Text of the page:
Northwestern Medicine Hospital is First in Illinois to Receive State Approval for Mobile Stroke Unit





The new Mobile Stroke Unit (MSU) at Northwestern Medicine Central DuPage Hospital (CDH) is designed to shorten the delivery time of life-saving stroke treatments by offering highly specialized stroke care to the patient in the field.

“The Mobile Stroke Unit demonstrates the commitment of physicians, nurses and staff to provide high-quality, compassionate care to our community. We are proud to be the first hospital in Illinois to offer this truly innovative technology aimed at reducing the deadly and devastating impact of stroke,” said Brian Lemon, president, Northwestern Medicine Central DuPage Hospital.

Northwestern Medicine is the first in Illinois to receive approval by the State of Illinois to operate a Mobile Stroke Unit. The specialized ambulance is equipped with a 16-slice CT scanner to take detailed images of the brain, a direct telemedicine connection to neurologists at CDH and clot-busting medication.

“Treatment can be initiated within minutes of responding to a call. This is crucial because when it comes to stroke, time is a factor in treatment,” said Harish Shownkeen, MD, medical director of the Stroke and Neurointerventional Surgery Programs at Northwestern Medicine Central DuPage Hospital. “For every minute you delay in getting treated for a stroke, you lose 1.9 million neurons.”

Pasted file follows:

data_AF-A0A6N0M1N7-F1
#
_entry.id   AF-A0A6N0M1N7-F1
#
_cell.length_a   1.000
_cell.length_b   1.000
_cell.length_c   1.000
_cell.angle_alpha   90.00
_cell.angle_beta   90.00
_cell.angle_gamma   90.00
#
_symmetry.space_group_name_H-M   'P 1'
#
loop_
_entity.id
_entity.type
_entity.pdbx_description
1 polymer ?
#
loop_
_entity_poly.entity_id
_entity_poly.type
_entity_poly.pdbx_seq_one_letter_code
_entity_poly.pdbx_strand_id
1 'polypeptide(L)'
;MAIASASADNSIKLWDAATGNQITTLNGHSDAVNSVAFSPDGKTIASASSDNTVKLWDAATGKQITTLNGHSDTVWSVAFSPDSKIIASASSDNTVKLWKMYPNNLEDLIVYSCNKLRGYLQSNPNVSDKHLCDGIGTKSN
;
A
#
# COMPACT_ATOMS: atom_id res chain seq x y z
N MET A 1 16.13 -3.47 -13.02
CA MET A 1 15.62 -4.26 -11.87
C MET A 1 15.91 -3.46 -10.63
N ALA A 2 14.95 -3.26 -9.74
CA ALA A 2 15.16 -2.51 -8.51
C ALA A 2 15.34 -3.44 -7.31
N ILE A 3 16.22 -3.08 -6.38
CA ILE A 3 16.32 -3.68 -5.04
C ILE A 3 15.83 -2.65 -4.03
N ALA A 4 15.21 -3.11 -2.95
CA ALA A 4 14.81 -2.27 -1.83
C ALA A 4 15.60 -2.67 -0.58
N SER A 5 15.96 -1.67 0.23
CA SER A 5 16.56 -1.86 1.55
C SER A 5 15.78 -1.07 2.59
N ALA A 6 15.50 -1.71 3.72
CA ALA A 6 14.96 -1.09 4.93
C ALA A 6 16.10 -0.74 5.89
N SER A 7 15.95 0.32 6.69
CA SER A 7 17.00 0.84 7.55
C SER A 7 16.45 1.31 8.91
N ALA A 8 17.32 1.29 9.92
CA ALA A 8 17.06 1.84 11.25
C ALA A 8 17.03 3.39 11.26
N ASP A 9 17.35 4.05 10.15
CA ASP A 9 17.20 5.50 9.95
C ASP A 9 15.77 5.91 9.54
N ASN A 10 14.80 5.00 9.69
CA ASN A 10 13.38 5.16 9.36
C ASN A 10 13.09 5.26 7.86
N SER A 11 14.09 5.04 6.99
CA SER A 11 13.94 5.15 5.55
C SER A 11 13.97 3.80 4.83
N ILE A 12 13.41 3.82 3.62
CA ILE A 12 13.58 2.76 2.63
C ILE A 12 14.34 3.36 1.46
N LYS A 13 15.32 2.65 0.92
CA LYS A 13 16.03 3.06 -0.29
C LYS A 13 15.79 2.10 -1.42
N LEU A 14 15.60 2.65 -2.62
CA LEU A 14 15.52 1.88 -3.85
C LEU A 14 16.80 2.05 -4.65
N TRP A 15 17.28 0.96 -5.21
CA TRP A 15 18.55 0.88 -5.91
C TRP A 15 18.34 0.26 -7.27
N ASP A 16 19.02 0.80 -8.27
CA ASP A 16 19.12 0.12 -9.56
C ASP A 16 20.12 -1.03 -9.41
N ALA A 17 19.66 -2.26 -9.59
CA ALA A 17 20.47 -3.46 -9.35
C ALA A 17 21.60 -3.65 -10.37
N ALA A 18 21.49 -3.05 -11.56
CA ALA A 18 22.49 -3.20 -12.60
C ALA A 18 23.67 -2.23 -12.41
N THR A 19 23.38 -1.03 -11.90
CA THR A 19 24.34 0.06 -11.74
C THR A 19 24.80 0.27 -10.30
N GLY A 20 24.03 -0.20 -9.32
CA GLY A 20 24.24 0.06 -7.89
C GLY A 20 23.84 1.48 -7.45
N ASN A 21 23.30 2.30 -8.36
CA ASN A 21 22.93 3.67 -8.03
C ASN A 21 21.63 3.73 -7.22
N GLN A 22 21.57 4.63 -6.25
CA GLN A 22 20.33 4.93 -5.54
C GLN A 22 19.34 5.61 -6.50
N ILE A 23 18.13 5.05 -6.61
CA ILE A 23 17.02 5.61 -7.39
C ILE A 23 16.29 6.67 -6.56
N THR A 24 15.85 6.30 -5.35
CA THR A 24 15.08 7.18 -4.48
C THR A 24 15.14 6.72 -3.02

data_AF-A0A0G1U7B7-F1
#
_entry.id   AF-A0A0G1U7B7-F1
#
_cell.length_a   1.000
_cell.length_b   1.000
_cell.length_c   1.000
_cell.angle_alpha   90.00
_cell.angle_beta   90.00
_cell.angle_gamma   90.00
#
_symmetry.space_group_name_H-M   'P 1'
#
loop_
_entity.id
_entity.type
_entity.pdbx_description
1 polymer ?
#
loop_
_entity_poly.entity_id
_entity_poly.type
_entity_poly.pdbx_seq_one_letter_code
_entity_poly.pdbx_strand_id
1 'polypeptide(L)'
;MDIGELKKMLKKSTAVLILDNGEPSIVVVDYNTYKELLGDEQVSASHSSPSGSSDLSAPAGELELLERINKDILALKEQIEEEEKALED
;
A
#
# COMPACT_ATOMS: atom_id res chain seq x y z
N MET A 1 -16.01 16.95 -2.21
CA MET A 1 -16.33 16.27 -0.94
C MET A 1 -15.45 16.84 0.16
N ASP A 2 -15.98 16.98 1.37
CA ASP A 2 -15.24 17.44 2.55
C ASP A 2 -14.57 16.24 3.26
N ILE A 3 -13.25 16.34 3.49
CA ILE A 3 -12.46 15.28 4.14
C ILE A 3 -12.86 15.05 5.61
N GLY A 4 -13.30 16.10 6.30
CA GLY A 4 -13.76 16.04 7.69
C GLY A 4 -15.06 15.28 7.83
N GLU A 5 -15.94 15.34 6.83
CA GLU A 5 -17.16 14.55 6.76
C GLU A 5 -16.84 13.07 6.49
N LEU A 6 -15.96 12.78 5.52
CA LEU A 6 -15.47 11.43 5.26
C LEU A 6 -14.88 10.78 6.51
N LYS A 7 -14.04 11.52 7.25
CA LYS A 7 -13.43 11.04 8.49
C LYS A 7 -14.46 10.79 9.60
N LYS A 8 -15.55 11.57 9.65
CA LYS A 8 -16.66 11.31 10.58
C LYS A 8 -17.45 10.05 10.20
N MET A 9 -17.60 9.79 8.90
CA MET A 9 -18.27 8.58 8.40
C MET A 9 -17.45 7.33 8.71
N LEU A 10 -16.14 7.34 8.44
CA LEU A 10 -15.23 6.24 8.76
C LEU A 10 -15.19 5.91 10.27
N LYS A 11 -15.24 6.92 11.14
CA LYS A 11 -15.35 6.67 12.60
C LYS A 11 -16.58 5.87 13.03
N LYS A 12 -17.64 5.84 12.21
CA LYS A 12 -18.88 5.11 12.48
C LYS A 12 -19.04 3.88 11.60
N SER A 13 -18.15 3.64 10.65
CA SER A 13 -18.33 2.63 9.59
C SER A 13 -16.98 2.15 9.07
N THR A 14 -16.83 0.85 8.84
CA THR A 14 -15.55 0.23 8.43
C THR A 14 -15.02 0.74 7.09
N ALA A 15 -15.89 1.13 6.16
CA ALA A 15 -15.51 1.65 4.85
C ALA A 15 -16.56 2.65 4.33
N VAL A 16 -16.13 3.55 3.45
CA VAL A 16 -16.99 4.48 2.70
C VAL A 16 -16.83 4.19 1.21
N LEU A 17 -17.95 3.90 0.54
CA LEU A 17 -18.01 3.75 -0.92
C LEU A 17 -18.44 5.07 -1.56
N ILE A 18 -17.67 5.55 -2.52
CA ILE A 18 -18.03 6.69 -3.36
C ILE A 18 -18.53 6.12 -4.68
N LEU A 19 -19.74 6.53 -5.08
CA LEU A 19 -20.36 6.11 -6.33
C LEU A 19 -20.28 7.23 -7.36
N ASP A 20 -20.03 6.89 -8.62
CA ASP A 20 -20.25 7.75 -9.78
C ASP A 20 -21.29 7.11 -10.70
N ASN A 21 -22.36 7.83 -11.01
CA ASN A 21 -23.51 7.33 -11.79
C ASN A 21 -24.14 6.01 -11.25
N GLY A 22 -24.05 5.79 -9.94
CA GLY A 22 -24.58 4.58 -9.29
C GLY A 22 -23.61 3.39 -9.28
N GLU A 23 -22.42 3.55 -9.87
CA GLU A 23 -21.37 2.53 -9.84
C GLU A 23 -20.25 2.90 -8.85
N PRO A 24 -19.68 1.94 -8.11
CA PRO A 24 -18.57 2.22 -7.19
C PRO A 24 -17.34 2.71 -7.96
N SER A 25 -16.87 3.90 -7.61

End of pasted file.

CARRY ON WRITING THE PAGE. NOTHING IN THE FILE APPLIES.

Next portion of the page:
The MSU Stroke Care team includes a critical care nurse, CT technician, critical care paramedic, and emergency medical technician, who communicate with a neurologist via live video streaming.

Patients within the CDH EMS service area, which includes Carol Stream, Glen Ellyn, Roselle, West Chicago, Wheaton and Winfield, will contact the MSU by calling 9-1-1 and reporting stroke-like symptoms. The 9-1-1 dispatchers will alert both the local EMS agency and the MSU team, and both ambulances will be sent to the scene.

Once on scene, paramedics will assess the patient and complete a field stroke assessment. If a stroke seems likely, they will turn care of the patient over to MSU team members. The MSU team will contact the on-call CDH neurologist using real-time, encrypted audio and video and perform a CT scan. If the neurologist diagnoses an ischemic stroke, the clot-busting drug tissue plasminogen activator (tPA) will be administered at the direction of the neurologist. Patients without an ischemic stroke will be treated appropriately by the EMS and MSU teams.

“We are essentially delivering Emergency Room technology directly to the patient,” said Stephen Graham, MD, EMS medical director at Northwestern Medicine Central DuPage Hospital. “It’s important for members of the community to know the stroke symptoms they should be looking for so that we can be there as soon as possible to help them.”

FAST is an easy way to remember the sudden signs of stroke. When you spot the signs, call 9-1-1 right away. FAST is: Face drooping, Arm Weakness, Speech Difficulty, Time to call 9-1-1.

Stroke is the leading cause of disability and the fourth leading cause of death in Illinois according to the Illinois Department of Public Health.

CDH has earned the Advanced Comprehensive Stroke Center designation by The Joint Commission. The highest level of stroke certification, this designation recognizes the significant resources in staff, training and state-of-the-art infrastructure that comprehensive stroke centers must have to treat complex cases.